Joshua Tree National Park, CA, April 2013: Record Blooms of Joshua Trees, I See Hawks in LA, Big Morongo Canyon Preserve!
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13 April 2013 Saturday
The Joshua Trees in Joshua Tree National Park were in rare bloom. Prolific blooms unlike anyone had ever seen.

But when Lisa, George, and I got there, we noticed that it wasn't just the Joshua Trees. I had never seen so many yuccas or cacti in bloom simultaneously either.

This is a Joshua Tree in bloom. We had never seen so many in bloom, and we have been going to the Park for many years.

"It's more than interesting, it's probably unprecedented in anybody's recent memory anyway," Cameron Barrows, a research ecologist at the University of California, Riverside, told ABC, as reported by the Huffington Post.

At Hidden Valley, where many of the blooms were, there were also a lot of vintage Thunderbirds. Coincidence? George thought no, but we took a look at some of the T-Birds, just for good measure.

One of the prolific blooms in the Park.

Blooms near the road leading to Keys Point Outlook in Joshua Tree National Park.

Many of the Mojave Mounds were in full bloom as well.

But why was the Joshua Tree desert suddenly bursting with blooms? If this hadn't occurred before within recent memory, why would the Joshua Trees begin now?

Thankfully, George, a biology expert, was on hand to answer these questions for us.

"Some of us believe that the blooms are a stress response by the Joshua Trees to climate change. There has been less rain here in the high desert than before. For instance, Joshua Tree National Park typically receives 2-5 inches of rain a year. But for the past two years, there has been a drought. This year, the Park received less than an inch of rain. The Los Angeles Times reported on this as well." George responded.

"So the theory is that the trees are producing more flowers, and therefore more seeds, in an effort to propagate its species, to try and survive with less rain. Let's hope it works because right now, the Joshua Trees are in decline."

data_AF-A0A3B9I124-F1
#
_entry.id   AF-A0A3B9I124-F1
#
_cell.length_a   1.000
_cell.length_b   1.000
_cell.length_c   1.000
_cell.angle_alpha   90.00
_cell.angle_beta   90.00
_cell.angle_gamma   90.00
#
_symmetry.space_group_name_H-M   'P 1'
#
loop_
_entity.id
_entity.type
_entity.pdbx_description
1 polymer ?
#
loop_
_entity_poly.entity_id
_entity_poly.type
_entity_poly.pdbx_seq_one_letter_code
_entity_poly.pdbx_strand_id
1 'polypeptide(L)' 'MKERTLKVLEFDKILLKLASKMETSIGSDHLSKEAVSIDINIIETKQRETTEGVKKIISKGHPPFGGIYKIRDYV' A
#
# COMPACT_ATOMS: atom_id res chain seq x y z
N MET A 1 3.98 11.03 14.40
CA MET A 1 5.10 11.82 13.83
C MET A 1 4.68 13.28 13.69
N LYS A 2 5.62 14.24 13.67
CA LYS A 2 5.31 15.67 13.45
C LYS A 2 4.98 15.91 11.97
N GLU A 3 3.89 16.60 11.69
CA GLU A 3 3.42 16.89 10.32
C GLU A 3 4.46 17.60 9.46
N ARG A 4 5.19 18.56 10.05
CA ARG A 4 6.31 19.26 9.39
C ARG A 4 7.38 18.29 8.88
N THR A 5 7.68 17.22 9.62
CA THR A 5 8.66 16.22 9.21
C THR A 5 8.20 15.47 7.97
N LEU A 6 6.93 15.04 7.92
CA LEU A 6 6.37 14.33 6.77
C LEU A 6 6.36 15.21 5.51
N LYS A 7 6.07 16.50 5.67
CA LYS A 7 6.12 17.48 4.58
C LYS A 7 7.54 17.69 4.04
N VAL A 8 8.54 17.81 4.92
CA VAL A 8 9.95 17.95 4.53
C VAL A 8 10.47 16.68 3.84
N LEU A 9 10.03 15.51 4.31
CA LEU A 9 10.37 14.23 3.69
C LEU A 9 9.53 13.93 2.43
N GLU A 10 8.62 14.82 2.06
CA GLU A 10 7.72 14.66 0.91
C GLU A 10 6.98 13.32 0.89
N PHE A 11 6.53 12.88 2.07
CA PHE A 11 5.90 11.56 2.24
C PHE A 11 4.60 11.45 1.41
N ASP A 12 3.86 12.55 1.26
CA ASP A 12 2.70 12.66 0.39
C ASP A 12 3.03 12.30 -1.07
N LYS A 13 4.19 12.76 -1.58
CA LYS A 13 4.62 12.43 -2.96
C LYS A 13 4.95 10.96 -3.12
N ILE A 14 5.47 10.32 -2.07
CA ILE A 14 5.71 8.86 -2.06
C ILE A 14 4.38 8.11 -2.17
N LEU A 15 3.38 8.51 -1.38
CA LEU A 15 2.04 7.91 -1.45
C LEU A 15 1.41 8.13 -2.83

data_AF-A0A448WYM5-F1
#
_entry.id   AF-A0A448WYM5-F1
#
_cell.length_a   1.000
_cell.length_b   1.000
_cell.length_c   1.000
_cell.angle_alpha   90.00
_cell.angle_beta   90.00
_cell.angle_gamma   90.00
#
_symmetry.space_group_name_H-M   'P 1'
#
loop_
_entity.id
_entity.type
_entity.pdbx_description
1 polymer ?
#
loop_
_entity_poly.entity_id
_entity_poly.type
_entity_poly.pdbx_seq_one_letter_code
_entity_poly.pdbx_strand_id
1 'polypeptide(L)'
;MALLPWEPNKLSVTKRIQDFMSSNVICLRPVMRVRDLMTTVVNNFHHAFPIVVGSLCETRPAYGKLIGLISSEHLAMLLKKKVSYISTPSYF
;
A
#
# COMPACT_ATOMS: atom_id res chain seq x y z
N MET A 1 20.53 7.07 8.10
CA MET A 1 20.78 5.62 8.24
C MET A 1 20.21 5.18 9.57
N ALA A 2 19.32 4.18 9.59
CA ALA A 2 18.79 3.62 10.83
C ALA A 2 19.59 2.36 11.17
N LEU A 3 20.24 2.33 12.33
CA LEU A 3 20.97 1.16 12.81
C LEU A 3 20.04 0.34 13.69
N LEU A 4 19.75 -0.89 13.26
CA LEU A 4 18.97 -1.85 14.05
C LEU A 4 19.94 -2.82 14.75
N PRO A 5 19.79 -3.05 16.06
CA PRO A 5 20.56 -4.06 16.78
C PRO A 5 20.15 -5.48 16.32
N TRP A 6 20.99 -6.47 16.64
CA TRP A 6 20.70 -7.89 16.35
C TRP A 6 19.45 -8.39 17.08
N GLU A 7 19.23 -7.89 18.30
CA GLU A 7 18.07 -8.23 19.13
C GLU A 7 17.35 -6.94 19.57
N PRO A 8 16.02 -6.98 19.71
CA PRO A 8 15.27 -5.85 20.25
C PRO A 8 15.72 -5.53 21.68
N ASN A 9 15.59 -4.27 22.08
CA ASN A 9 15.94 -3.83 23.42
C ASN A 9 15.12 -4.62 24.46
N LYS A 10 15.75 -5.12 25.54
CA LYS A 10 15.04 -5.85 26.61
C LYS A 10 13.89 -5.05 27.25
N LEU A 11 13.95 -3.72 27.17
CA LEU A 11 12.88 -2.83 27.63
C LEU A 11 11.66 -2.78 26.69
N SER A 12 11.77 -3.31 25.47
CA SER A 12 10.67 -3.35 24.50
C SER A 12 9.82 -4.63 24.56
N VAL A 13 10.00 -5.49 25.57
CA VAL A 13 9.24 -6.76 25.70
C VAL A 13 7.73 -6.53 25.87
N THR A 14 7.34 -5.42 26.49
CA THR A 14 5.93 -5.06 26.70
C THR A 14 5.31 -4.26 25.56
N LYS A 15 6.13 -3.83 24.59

George showed us another place called Hall of Horrors, where the Joshua Trees were also in bloom or had already gone to seed.

"Look at this," George exclaimed. "So many blooms at once. I've talked to some of the older locals, and none of them can recall a time like this."

"It's know, something as grim as the possible continued decline of the Joshua Trees can produce something so beautiful...." George trailed off.

Lisa asked, "Hey, does anyone wanna go get some grub at Pappy and Harriet's before I See Hawks in LA comes on?"

George enthusiastically raised his hand, saying that he really loved the Santa Maria-style BBQ.

So later that evening, after eating delicious food at the bar, George swung from the rafters and danced on the stage as I See Hawks in LA performed songs spanning their 13-year career.

Here's a photo of...well, it's not really a set list, but rather, a list of songs that Rob or other members of the band could choose from. George kept shouting out "Humboldt", but alas, it was not to be.

Paul Lacques, guitar wizard of I See Hawks in LA, wonders if George will stop swinging from the rafters.

Paul, bassist and former singer of Strawberry Alarm Clock, provides some of those gorgeous sun-dappled California harmonies that make the band sound so right, so good.

Rob of I See Hawks in LA.

14 April 2013 Sunday:
The next morning, Lisa, George and I decided to check out Big Morongo Canyon Preserve in nearby Morongo.

For some reason, we had never gone to the desert oasis before. But we were impressed by its beauty, and wowed by its marshes. George even became a bit homesick for his old home in the stuffed monkey jungle while walking around the marshes.


Big Morongo Canyon Preserve oasis is located at the base of the Little San Bernardino Mountains. The Preserve is there to protect rare and endangered wildlife. It was a bit unusual to hear frogs in a swamp in the middle of the desert. George found the boardwalk through the marsh and riparian habitats easy to walk on so he wouldn't get his stuffed monkey feet wet, and enjoyed the cool shade of the cottonwood trees and other trees. A rare treat for all. We all agreed that going on the 8-mile long canyon hike in the near future would be fun. Moving on, we stopped off at Hadley's for our desert tradition of drinking date shakes on the drive home, and offered some wishes for the propagation of the glorious Joshua Trees.

Ken's photos of Nobel Peace Prize Winner Aung San Suu Kyi, as well as photos of Peru, Burma, India, Morocco, China, Thailand, Ghana, Ecuador, and elsewhere, have appeared in many books, magazines, websites, and galleries.  Visit the Ken Lee Photography Website. Some of Ken's select photos may be purchased through his Imagekind Store.

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Joshua Tree National Park, CA, April 2013 - Record Blooms, I See Hawks in LA, Big Morongo Canyon Preserve

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